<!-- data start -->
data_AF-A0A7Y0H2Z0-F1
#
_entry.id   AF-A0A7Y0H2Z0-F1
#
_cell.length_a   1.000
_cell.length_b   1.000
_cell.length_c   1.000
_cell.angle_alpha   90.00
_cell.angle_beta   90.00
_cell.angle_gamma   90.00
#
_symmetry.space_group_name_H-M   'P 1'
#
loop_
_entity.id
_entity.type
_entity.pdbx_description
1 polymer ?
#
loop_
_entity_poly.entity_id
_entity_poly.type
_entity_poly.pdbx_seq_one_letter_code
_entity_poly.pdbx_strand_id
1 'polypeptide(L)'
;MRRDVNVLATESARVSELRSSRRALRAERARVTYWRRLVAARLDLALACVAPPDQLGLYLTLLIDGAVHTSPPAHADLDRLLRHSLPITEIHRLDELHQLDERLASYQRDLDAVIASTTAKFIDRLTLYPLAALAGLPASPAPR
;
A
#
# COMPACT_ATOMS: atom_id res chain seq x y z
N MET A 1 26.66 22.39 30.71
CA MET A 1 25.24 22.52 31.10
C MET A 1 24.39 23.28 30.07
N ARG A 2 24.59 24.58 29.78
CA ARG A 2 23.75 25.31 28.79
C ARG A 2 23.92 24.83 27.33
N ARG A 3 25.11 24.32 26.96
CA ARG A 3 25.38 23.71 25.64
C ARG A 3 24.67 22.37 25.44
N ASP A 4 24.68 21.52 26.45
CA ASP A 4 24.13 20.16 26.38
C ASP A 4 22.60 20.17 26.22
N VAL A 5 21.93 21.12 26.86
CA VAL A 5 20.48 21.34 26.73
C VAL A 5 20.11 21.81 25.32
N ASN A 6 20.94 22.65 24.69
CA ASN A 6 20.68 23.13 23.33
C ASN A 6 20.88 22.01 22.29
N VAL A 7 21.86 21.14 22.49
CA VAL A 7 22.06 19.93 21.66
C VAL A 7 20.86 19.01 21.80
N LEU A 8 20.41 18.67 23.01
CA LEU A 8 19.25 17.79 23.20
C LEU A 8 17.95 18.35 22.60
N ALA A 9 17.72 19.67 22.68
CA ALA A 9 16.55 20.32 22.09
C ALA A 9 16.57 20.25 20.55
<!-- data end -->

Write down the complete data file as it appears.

data_AF-A0A7Y0H2Z0-F1
#
_entry.id   AF-A0A7Y0H2Z0-F1
#
_cell.length_a   1.000
_cell.length_b   1.000
_cell.length_c   1.000
_cell.angle_alpha   90.00
_cell.angle_beta   90.00
_cell.angle_gamma   90.00
#
_symmetry.space_group_name_H-M   'P 1'
#
loop_
_entity.id
_entity.type
_entity.pdbx_description
1 polymer ?
#
loop_
_entity_poly.entity_id
_entity_poly.type
_entity_poly.pdbx_seq_one_letter_code
_entity_poly.pdbx_strand_id
1 'polypeptide(L)'
;MRRDVNVLATESARVSELRSSRRALRAERARVTYWRRLVAARLDLALACVAPPDQLGLYLTLLIDGAVHTSPPAHADLDRLLRHSLPITEIHRLDELHQLDERLASYQRDLDAVIASTTAKFIDRLTLYPLAALAGLPASPAPR
;
A
#
# COMPACT_ATOMS: atom_id res chain seq x y z
N MET A 1 26.66 22.39 30.71
CA MET A 1 25.24 22.52 31.10
C MET A 1 24.39 23.28 30.07
N ARG A 2 24.59 24.58 29.78
CA ARG A 2 23.75 25.31 28.79
C ARG A 2 23.92 24.83 27.33
N ARG A 3 25.11 24.32 26.96
CA ARG A 3 25.38 23.71 25.64
C ARG A 3 24.67 22.37 25.44
N ASP A 4 24.68 21.52 26.45
CA ASP A 4 24.13 20.16 26.38
C ASP A 4 22.60 20.17 26.22
N VAL A 5 21.93 21.12 26.86
CA VAL A 5 20.48 21.34 26.73
C VAL A 5 20.11 21.81 25.32
N ASN A 6 20.94 22.65 24.69
CA ASN A 6 20.68 23.13 23.33
C ASN A 6 20.88 22.01 22.29
N VAL A 7 21.86 21.14 22.49
CA VAL A 7 22.06 19.93 21.66
C VAL A 7 20.86 19.01 21.80
N LEU A 8 20.41 18.67 23.01
CA LEU A 8 19.25 17.79 23.20
C LEU A 8 17.95 18.35 22.60
N ALA A 9 17.72 19.67 22.68
CA ALA A 9 16.55 20.32 22.09
C ALA A 9 16.57 20.25 20.55